NewsPublic Affairs / July 5, 2018

Indiana Social Worker Recognized With National Award

Purdue University's Kimber Nicoletti-Martinez was recognized for developing a statewide program to prevent sexual violence in under-served and marginalized communities with an emphasis including farm workers.social work, sexual assault, National Association of Social Workers2018-07-05T00:00:00-04:00
Original story from   IPBS-RJC

Article origination IPBS-RJC
Indiana Social Worker Recognized With National Award

Purdue University's Kimber Nicoletti-Martinez was recognized as the National Social Worker of the Year Award by the National Association of Social Workers.

Photo provided by Kimber Nicoletti-Martinez

An Indiana social worker recently received the National Social Worker of the Year Award from the National Association of Social Workers. Purdue University's Kimber Nicoletti-Martinez was recognized for developing a statewide program to prevent sexual violence in under-served and marginalized communities with an emphasis including farm workers.  Indiana Public Broadcasting’s Jill Sheridan spoke with Nicoletti-Martinez who is the director of the statewide program "Multicultural Efforts to End Sexual Assault," or MESA. 

Sheridan: Tell us where your work started, when you realized there is a great need for this in Indiana and I have to do this.

Nicoletti-Martinez: Well my work actually started with my academic advisor at Purdue University, I’m a Purdue alum. I was a single mother and I had three daughters and I’m a survivor of child sexual abuse. I was always wanting to make a difference in the world and I worked as a farm worker as a child and have a passion for farm worker communities.  To me it was a natural fit when I came to Purdue to work with CARE, communities against rape initiative, that we start doing outreach with farm worker communities.

Sheridan: And you actually created the first farm worker child sexual abuse prevention program, what did that look like and how did you come up with that idea?

Nicoletti-Martinez: Well that was built upon work that I started with CARE where we were doing sexual violence prevention work. I actually had heard some stories along the way where people had disclosed some things to me.  They said ‘Kimber, we’re having some problems with our daughter and she cries every night at dinner.’ They family thought it was a behavioral issue but to me it looked like possible symptoms of a child who was being abused.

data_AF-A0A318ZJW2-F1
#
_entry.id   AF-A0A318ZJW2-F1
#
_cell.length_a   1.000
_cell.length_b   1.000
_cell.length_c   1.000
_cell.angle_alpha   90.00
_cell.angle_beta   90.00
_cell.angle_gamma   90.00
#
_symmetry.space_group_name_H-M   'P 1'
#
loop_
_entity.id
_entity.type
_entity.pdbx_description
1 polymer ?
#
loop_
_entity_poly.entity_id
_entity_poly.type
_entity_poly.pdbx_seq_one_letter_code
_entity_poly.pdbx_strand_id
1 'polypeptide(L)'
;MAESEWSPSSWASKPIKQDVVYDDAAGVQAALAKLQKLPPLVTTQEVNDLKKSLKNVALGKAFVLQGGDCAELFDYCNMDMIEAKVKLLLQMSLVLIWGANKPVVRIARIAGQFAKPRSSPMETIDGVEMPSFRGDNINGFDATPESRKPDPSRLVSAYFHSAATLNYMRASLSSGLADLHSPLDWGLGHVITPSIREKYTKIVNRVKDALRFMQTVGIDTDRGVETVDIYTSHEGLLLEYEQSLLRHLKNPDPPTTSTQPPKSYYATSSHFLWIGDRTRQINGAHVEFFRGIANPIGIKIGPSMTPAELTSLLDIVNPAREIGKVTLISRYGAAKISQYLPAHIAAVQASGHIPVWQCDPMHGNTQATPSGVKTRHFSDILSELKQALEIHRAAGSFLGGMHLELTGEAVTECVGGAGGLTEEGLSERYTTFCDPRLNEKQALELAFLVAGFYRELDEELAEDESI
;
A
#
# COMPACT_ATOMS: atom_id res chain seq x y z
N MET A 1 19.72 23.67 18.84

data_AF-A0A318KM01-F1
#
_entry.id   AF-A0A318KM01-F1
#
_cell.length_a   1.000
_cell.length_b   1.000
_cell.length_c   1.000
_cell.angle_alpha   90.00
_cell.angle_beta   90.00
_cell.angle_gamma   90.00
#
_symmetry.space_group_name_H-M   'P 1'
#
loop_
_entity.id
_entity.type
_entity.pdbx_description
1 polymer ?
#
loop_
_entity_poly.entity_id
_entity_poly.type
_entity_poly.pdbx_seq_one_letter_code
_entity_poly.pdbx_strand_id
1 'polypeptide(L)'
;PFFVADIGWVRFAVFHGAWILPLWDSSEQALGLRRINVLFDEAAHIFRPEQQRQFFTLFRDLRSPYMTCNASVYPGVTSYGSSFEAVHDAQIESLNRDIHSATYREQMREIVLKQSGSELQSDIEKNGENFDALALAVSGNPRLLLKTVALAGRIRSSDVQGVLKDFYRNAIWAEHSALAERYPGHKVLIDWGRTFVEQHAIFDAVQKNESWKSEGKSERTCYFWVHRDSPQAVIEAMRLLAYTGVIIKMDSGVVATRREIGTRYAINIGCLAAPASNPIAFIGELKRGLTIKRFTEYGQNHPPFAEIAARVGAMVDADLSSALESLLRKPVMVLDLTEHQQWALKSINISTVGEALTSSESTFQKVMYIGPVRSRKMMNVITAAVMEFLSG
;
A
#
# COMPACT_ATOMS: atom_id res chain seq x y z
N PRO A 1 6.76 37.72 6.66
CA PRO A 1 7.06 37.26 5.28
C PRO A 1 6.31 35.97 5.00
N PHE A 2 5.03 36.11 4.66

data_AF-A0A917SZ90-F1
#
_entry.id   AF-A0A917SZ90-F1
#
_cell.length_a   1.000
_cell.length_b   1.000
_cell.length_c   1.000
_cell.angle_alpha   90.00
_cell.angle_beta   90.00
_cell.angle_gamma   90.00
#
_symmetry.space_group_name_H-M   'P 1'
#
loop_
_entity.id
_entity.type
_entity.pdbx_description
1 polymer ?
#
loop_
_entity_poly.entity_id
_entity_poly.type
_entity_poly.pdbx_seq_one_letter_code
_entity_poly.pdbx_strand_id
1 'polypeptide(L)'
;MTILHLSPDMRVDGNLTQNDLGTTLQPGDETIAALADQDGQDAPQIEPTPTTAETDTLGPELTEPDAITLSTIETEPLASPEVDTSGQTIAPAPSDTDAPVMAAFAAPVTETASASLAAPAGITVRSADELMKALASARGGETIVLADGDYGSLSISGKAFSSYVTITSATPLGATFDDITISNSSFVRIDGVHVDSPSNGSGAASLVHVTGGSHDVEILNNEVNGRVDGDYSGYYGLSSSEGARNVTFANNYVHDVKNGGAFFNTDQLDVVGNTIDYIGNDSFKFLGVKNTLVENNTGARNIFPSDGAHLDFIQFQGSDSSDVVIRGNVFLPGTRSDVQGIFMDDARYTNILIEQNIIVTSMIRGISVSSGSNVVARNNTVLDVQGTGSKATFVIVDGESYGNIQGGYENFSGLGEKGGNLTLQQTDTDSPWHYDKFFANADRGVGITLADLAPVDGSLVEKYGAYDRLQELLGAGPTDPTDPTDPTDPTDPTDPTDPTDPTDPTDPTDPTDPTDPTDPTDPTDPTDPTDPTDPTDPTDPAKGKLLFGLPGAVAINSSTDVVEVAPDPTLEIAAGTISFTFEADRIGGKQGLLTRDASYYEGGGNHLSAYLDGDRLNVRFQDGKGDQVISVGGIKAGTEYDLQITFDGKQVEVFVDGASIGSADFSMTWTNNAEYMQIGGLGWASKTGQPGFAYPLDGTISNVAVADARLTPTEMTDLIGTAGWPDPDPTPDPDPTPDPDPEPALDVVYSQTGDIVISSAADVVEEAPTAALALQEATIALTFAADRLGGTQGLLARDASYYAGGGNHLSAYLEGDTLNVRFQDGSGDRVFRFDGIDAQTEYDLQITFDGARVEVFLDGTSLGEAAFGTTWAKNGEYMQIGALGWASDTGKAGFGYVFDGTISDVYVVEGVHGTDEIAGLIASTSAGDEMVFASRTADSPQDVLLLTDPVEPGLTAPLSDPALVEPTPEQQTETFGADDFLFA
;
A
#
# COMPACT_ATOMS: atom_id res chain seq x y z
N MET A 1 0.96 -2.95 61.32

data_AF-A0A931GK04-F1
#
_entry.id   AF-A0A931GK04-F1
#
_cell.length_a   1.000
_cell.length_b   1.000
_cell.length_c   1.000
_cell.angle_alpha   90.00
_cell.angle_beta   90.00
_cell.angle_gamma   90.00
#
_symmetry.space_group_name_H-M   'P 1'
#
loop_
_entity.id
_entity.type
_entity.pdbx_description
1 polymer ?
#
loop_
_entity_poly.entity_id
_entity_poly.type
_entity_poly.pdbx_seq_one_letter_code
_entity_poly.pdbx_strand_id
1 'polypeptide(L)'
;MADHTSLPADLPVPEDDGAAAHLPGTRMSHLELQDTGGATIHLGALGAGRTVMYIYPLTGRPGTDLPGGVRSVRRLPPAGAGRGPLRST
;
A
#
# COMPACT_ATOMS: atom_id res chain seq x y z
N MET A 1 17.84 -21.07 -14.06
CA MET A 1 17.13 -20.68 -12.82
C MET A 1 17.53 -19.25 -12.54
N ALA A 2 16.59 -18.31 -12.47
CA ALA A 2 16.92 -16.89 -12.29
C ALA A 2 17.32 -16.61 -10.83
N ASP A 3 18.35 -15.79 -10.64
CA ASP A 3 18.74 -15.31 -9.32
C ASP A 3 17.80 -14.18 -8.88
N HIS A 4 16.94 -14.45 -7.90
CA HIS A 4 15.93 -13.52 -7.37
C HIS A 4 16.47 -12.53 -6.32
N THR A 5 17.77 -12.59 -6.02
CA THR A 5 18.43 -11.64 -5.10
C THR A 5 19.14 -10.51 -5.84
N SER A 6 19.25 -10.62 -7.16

Sheridan: Obviously, you are passionate about working with those that are under-represented. Is there a great need for that here in Indiana?

Nicoletti-Martinez: There is a great need for that in Indiana and the thing is for a lot of people in these communities, they’re not able to get their needs met by going through mainstream efforts or services aren’t available that are culturally appropriate for those communities.

For a lot of marginalized communities, for example when I started working with the farm worker community, people were surprised to find out there were migrant farm workers in Indiana.

Sheridan: Children here in Indiana, in families in these populations, what are the risks that some of these children are facing?

Nicoletti-Martinez: In a recent study, 90 percent of farm worker women say that they face sexual harassment in the field. Sexual harassment ranges from any kind of behavior from lewd name calling to actual rape.  And because of labor laws regarding you know seasonal and farm work, you often have underage people, under employment law they might say they’re a victim of sexual harassment when in reality it’s a child who has been sexually assaulted.

Risk factors for child sexual abuse has to do with income, female headed households, limited English capacity, a lot of the same risk factors for sexual violence.  

Sheridan:  Your work as a social worker, I want to talk about that broadly, I think there is a greater understanding of the need for social workers.

Nicoletti-Martinez: Really social work, looks at empowering and advocating for people, regardless of the setting so it can be in a school based setting, it can be in a medical setting.  It’s really about providing unconditional, positive regard for humans, for people and at the same time creating access and social justice for people.

Sheridan: Your program here, we’re at Purdue University, first campus based violence prevention program for people who are LGBTQ, bilingual, bicultural… what success has that program had and what’s that look like here?

Nicoletti-Martinez: Really looking at a primary prevention approach and looking at how is gender based, where does it start?  And so it starts in institutions, and so if we can create institutions that embrace people as well as addressing the more personal level of violence of violence prevention which comes at the interpersonal level.

 

 

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